So it’s that time of year again. The Literary Kitty is another year older and Lovely Mum is attempting to soften the blow with shiny new books. The first of my new haul that I decided to tuck into was Prep by Curtis Sittenfeld.
The Independent on Sunday called Prep “Sweet Valley High as written by George Eliot,” and when she read this Lovely Mum decided that she was sold. I loved Sweet Valley High as a kid (Jessica all the way!) and I’m partial to my literary fiction so she thought it’d be right up my street. I have to say though that with this in mind I was surprised by the book. It wasn’t exactly the lurid crowd-pleaser I expected it to be. Its heroine Lee Fiora is a bit of an oddball really. Having convinced her working-class Indiana parents to let her take a scholarship place at a prestigious Massachusetts boarding school called Ault, Lee finds that things are not as she expected – or rather they are as she expected but she is simply not living the life she expected to live there.
You see, Lee has no friends. She goes about her life silently in awe of those faces from the school brochure she now sees around campus. She’s not desperate, she’s not a hanger-on, in fact she’s so terrified of being seen that way that she voluntarily shuns any social opportunities that come her way. She’s a complex character, old Lee, and she’s more than a little frustrating at times.
Despite the authentic dialogue and the author’s stylish prose, despite her knack for writing the truth about painful adolescence, there is something missing from this book. Those readers who were sold on the Sweet Valley High comparison may well be expecting Lee to burst forth from her lonely, awkward life and become a social butterfly. But no, Sittenfeld keeps it real. If you’ve ever read a book about high school and scoffed, thinking “there’s no way in the world that this would ever happen to her” you’re in for a treat with Prep. It’s an introspective book and quite a melancholy one. It inhabits a world far away from Elizabeth and Jessica’s pep rallies. In fact, if this was Sweet Valley High, Lee would be admiring the Wakefield twins from afar, I am sure of it.
I could relate to this book in certain ways as I went to a private boarding school on a scholarship (although I didn’t board myself). The scale was different – my school wasn’t quite Ault and I wasn’t quite the Midwestern hick that Lee makes herself out to be, but I can appreciate certain aspects of the experience. Elissa Schappell wrote in The New York Times Review of Books that “Sittenfeld’s dialogue is so convincing that one wonders if she didn’t wear a wire under her hockey kilt” and I agree that the dialogue and general atmosphere of the book feel totally authentic.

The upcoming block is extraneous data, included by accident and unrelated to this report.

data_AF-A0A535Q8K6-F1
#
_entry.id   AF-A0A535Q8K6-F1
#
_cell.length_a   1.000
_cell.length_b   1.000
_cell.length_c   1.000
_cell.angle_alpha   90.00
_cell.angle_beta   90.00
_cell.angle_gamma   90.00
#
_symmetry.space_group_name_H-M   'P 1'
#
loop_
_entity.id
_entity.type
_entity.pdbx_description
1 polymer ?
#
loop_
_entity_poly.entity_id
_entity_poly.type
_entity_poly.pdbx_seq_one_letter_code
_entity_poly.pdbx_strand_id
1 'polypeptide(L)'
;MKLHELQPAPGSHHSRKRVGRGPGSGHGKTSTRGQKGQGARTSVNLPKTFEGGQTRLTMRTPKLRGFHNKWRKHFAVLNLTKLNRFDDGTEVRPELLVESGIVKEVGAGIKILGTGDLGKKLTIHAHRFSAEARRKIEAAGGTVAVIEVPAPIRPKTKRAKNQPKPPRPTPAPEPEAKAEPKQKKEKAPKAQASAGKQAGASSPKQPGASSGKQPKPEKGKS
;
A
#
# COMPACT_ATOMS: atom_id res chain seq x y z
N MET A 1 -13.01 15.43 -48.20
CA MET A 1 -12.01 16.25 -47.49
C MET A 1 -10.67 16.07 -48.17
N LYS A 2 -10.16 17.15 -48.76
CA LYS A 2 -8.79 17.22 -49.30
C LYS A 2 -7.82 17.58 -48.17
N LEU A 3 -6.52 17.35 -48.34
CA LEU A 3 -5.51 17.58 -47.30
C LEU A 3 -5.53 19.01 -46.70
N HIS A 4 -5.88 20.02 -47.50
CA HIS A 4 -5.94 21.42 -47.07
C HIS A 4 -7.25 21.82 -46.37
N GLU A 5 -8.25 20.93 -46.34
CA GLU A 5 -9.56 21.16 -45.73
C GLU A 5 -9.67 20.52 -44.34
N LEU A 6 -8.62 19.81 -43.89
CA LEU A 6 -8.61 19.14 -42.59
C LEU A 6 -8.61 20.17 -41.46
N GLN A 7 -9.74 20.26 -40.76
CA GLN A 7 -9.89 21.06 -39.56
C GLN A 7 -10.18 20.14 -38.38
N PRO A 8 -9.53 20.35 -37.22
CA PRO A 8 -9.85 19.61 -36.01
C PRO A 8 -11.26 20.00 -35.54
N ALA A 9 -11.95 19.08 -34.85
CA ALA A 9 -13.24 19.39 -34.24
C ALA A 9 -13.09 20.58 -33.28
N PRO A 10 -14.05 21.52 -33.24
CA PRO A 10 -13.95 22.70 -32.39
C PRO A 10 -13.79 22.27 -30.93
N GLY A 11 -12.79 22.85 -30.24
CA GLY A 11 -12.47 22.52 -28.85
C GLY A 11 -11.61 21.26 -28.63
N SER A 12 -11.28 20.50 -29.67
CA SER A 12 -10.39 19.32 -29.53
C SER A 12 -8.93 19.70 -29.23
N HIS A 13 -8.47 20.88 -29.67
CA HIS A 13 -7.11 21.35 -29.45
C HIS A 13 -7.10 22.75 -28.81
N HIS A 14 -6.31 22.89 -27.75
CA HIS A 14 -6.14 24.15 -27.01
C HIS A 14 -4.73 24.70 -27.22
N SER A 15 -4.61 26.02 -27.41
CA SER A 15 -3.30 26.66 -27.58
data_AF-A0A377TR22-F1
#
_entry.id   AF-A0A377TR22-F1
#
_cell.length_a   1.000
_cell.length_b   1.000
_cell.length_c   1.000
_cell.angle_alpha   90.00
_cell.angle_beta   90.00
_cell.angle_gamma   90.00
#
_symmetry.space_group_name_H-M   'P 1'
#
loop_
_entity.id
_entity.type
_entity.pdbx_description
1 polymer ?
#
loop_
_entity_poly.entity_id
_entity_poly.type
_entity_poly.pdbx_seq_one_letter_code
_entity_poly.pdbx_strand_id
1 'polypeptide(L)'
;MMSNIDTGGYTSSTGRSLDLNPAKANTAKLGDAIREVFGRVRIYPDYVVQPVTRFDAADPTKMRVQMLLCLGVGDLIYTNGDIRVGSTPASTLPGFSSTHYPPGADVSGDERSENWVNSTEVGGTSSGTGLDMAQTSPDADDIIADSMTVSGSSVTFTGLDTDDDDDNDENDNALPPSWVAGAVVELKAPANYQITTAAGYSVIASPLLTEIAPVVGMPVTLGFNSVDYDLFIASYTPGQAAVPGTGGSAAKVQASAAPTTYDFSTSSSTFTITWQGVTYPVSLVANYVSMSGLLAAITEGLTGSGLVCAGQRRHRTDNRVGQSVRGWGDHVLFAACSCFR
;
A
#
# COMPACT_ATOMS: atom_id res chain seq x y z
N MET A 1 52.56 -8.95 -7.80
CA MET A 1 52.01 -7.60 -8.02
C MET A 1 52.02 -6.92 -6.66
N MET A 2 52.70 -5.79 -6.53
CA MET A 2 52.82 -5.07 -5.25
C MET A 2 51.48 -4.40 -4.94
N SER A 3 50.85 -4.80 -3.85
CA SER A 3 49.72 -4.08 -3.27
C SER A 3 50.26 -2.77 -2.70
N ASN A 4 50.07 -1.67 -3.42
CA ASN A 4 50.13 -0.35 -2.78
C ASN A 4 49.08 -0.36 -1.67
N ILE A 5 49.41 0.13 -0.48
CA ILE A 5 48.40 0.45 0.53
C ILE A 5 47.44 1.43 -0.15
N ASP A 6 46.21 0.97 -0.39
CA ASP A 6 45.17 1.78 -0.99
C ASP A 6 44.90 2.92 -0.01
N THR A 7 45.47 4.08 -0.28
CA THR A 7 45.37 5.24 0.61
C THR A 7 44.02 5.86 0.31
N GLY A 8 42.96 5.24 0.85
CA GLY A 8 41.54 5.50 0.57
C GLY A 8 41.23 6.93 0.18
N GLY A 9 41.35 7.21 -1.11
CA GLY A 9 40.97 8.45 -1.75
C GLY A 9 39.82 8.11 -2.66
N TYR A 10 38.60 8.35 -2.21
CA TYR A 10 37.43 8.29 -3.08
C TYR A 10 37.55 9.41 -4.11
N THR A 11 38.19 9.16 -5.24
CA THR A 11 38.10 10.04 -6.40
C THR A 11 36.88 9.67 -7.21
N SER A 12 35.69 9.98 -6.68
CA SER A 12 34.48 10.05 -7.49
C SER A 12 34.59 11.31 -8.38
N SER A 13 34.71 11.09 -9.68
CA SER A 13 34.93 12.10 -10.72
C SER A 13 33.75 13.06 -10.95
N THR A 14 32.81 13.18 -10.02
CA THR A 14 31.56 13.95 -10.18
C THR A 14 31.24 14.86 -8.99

I can also appreciate Lee’s assertation that nothing ever matters as much as it does when you are at school. She says that for the rest of her life she never felt such an overwhelming need to impress or to not make a fool of herself. Never were the blonde glamazons, always smelling of flowery shampoo, so intimidating as when she was at school with them. Never were the handsome, chiselled boys who were destined to be bankers so awe-inspiring.
So would I recommend this book? Sure. I found myself looking forward to reading it on the way home. I found myself wanting to luxuriate with it in the bath. It’s escapism, but not the usual teen fiction kind…
You see, I loved reading Prep whilst living firmly in my own life and thanking god that I’m no longer fourteen. Not because I was unhappy at school because I wasn’t particularly. Certainly, I was a very different person to Lee. No, I breathe a sigh of relief because when you’re at school you don’t get to choose what matters to you like you do in adult life. You have to wear scratchy skirts and tights, you haven’t yet gained full control over your hair and skin, you feel more angst in those years than you ever feel again. Yep, this is the way I want to view Lee Fiora’s life alright… through the pages of a book.